Who kills a man kills a reasonable creature, God's image; but he who destroys a good book, kills reason itself...
--John Milton, Aeropagitica
On this day in 1644, John Milton released one of the most important tracts ever published in defense of freedom of the press, the Aeropagitica. His work paved the way for later English thinkers, such as John Locke and John Stuart Mill, to codify freedom of expression as a cornerstone of human rights. For this reason, today we honor Milton and the virtue of Voice.
The tale of Milton’s Aeropagitica makes the most “irony-fortified” story I think I have yet posted to TTV; see if you agree...
Most remember Milton as the poet who penned Paradise Lost. Later, though, he also served as a civil servant under Oliver Cromwell, leader of the Parliamentarians in their battle against the English monarchy (a war they eventually won, with the execution of Charles I and elevation of Cromwell from general to Lord Protector of Britain). The Parliament had just banished the Star Chamber, a sort of secret court that had been used unjustly by the monarchy against its enemies.
First taste of irony: On the heels of eliminating a tool of the Royalists’ abuse of power, the Parliamentarians then passed their own abusive law, the Licensing Order of 1643, which would allow the government to block the publishing of any book they wished (and was intended to prevent pro-monarchy pamphlets from being printed and circulated). Despite being on the side of the Parliamentarians, Milton dreaded the prospect of such censorship, and he spoke up about it in Aeropagitica. (Note, second nibble of irony.) (Third dose: Milton named his pamphlet after a similar text written in ancient Athens by Isocrates, who was defending the existence of Athens’ own version of the Star Chamber as a pro-democratic institution. That court met on the “Hill of Ares,” or Aeropagus.)
After writing the Aeropagitica, Milton later became a chief propagandist for the Parliamentarians, and even censored pro-Royalist and Catholic works. (Fourth ironic dollop.) He apparently justified this since the Parliamentarians, in theory, supported a more representative form of government, a republic, in contrast to the absolutism of a monarchy. (That Cromwell as “Lord Protector” abused power as much as any monarch that preceded him fuels the irony. Serving number five, by the way...)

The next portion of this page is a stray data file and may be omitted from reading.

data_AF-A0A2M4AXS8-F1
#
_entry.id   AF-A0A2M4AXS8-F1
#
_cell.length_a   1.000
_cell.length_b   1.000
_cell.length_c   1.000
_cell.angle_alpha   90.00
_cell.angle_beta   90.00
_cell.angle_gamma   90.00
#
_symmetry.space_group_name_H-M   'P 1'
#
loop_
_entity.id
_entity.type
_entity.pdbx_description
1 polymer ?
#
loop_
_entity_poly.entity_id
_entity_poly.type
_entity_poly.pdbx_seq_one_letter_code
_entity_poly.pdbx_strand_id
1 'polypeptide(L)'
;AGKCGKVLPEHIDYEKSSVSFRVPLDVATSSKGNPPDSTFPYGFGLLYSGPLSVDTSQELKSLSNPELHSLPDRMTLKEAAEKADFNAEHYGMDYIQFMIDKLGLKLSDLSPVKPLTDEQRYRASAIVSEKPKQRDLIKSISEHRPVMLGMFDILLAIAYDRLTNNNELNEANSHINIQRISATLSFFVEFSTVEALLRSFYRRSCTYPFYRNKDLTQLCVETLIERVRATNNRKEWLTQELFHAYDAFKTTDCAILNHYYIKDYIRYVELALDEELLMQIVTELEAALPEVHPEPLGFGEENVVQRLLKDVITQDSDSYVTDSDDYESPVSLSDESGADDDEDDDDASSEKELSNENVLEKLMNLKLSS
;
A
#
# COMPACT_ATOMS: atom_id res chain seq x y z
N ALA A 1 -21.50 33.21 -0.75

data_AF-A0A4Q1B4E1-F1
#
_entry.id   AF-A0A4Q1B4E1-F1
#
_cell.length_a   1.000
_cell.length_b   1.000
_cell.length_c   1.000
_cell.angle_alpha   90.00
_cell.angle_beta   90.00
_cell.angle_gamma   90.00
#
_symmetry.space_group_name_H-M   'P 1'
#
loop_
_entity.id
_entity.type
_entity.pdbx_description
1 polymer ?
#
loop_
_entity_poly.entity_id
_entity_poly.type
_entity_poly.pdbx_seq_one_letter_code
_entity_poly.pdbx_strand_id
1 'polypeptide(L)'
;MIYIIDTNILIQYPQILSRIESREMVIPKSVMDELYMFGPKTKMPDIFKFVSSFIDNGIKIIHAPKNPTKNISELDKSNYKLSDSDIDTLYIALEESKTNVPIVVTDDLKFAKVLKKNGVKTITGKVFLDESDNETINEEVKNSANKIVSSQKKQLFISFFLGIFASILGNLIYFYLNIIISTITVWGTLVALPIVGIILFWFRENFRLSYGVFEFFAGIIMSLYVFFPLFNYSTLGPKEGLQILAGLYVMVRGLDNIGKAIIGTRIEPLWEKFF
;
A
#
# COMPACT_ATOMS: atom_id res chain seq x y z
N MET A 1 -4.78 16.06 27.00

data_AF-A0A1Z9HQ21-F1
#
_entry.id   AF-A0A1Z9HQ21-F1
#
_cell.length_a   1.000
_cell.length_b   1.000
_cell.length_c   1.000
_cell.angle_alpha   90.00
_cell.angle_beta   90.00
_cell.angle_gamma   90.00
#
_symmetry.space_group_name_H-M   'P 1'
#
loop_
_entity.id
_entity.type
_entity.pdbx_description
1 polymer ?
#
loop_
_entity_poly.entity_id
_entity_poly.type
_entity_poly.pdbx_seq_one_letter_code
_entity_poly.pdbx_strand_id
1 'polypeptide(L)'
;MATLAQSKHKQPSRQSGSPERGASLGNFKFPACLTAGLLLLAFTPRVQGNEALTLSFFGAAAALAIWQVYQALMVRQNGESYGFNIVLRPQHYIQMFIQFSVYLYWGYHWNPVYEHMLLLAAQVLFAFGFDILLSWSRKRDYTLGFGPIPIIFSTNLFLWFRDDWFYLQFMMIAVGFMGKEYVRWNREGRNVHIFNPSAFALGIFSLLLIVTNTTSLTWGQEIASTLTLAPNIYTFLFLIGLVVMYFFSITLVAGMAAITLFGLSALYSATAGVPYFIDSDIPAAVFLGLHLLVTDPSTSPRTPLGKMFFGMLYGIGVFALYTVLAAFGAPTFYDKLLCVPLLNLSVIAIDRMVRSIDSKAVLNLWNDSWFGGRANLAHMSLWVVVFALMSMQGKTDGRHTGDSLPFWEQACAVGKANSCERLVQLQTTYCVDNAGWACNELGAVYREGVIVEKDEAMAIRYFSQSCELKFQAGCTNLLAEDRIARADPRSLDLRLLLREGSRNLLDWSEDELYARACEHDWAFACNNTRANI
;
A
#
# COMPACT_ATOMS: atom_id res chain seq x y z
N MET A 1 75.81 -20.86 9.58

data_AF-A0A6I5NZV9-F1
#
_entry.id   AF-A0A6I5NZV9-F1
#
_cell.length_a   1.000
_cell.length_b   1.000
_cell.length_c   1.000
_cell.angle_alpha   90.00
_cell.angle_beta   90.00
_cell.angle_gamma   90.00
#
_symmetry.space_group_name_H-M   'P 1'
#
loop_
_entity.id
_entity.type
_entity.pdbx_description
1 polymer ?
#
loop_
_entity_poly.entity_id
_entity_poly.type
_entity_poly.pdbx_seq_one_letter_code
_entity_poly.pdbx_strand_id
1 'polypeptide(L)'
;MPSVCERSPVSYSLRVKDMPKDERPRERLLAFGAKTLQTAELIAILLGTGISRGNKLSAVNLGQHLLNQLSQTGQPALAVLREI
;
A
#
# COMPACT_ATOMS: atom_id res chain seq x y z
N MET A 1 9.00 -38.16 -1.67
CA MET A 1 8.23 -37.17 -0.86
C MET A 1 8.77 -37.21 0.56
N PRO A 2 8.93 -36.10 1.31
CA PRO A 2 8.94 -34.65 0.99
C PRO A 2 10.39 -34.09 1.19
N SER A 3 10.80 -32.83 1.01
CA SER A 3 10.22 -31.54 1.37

Dose six: Although we now see freedom of the press as an anchor of a modern, secular world order, Milton cited Divine authority as expressed in the Christian Gospel of John (8:32: “...the truth shall set you free”) as justification for his views. (We have now exceeded the USDA recommended daily allowance of irony. We hope that you enjoyed your meal and will dine with us again at TTV.)
So, in Aeropagitica we have a proclamation of the importance of a free press penned by someone whose own support of such freedom varied depending on exactly whose book we were pressing. This reminds me of the discussion back at Zoongide’ewin, and the observation that the complicated human personages who serve as roosts for the virtues do not need to be perfect vessels--in fact, cannot be.
We may find variability in Milton’s own support of the freedom of Voice--an aggregate of the virtues of Open-Mindedness, Leadership, and Bravery, themselves tracing to the root virtues of Wisdom, Justice, and Courage. Yet this in no way diminishes the Worth of this virtue. As a basic principle of virtue ethics, we regard their Light as having Independence from the lamps through which they shine.
Take a moment to consider a few of the books whose ideas have informed your personal development, be they spritual texts, academic tomes, or even just entertainment. Savor the freedom that allowed the ideas that shaped you to have Voice in those documents. And recall the moments when your own commitment to freedom of the press has wavered. (Fox News, anyone?)
Meanwhile, TTV will offer free bloodletting to anyone suffering from irony-overload after reading this essay.
May we see the gates of Voice, and perhaps make a home there.